Facing a potentially embarrassing political rebuke, the White House is scrambling to rein in nearly a dozen Republican senators who have indicated they may vote to reject President Trump’s declaration of a national emergency at the border with Mexico.
The Senate will take up the issue next week, following the House’s vote last week in favor of a resolution to terminate Trump’s declaration. The White House expects to lose the Senate vote, leading to Trump’s first veto, but the administration is confident that Congress will be unable to override the veto.
Even so, in what Politico’s Burgess Everett and Eliana Johnson call a “slow-motion freakout,” the White House is reportedly pressuring Republican senators to toe the line and keep defections to a minimum. While the White House knows it will likely lose four GOP senators – Rand Paul (KY), Thom Tillis (NC), Susan Collins (ME) and Lisa Murkowski (AK) – it wants the rest to stick with the president.
Administration officials are calling senators to ask for their support, and Trump is “taking names” of those who oppose him, The Washington Post’s Erica Werner and Seung Min Kim report, with a special emphasis on those senators who will be running for reelection in 2020.
GOP senators on the fence: Trump’s declaration of a national emergency on February 15 allows the White House to redirect roughly $3.6 billion in military construction funds toward the border wall. Some senators are bothered by the constitutional issues raised by the move, which could constitute executive branch interference with the legislative power of the purse. In addition to the potential legal issues, some senators are worried about taking federal money currently appropriated for dozens of defense projects, some in their own states. The administration has claimed that all redirected funds would be “back-filled” in Trump’s upcoming federal budget request, but there are doubts about how effective that would be.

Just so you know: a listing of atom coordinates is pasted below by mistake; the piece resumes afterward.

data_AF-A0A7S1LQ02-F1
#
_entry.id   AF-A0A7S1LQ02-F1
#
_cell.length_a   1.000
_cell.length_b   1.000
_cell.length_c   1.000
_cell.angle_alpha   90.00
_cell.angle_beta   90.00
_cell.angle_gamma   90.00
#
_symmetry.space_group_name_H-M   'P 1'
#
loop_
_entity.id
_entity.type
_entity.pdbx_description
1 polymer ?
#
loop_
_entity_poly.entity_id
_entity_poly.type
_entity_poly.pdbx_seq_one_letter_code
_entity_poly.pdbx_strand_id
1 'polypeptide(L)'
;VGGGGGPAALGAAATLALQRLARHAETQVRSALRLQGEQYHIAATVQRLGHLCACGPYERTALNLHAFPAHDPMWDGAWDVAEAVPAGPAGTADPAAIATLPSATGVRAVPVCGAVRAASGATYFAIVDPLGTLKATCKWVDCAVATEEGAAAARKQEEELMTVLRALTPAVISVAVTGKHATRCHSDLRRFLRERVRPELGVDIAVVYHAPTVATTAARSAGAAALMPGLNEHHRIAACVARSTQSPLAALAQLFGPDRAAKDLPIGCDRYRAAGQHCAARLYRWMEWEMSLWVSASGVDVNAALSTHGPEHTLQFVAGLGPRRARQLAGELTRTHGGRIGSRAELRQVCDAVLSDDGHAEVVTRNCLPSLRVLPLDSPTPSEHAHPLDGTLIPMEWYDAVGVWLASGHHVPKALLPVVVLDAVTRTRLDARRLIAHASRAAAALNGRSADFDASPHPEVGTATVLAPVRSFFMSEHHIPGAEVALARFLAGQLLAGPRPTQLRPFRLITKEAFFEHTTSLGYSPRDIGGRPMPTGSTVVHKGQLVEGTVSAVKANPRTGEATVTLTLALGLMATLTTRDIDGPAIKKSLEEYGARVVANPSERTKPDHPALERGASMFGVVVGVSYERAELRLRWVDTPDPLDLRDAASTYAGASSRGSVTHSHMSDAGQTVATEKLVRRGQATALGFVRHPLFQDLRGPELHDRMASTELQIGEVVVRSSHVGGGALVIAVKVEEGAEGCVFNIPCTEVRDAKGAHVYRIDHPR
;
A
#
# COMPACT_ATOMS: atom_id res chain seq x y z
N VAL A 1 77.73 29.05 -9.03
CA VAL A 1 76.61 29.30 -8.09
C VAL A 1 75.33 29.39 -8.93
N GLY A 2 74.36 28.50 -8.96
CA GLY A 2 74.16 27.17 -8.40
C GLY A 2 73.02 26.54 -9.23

Need more details: There are still lots of unanswered questions about the details of the emergency financing and how the vote will proceed. Senators are hoping the White House will spell out exactly how it plans to redirect funding, with a list of every military construction project that would be affected, but the administration had so far failed to provide a promised list. Some lawmakers are pushing the administration to find the money elsewhere, citing the roughly $4 billion available from forfeiture and anti-drug funds that do not require an emergency declaration to access. And senators are still unsure about their legislative strategy, with open questions about whether they will amend the House resolution or create companion legislation.
The bottom line: Trump is expected to lose the vote in the Senate next week, the only question is by how much. A presidential veto will likely keep Trump’s national emergency declaration in place even as court challenges continue. While there’s still uncertainty about which projects would be affected by Trump’s declaration, the current battle between the White House and GOP senators is also over power, appearances and pride.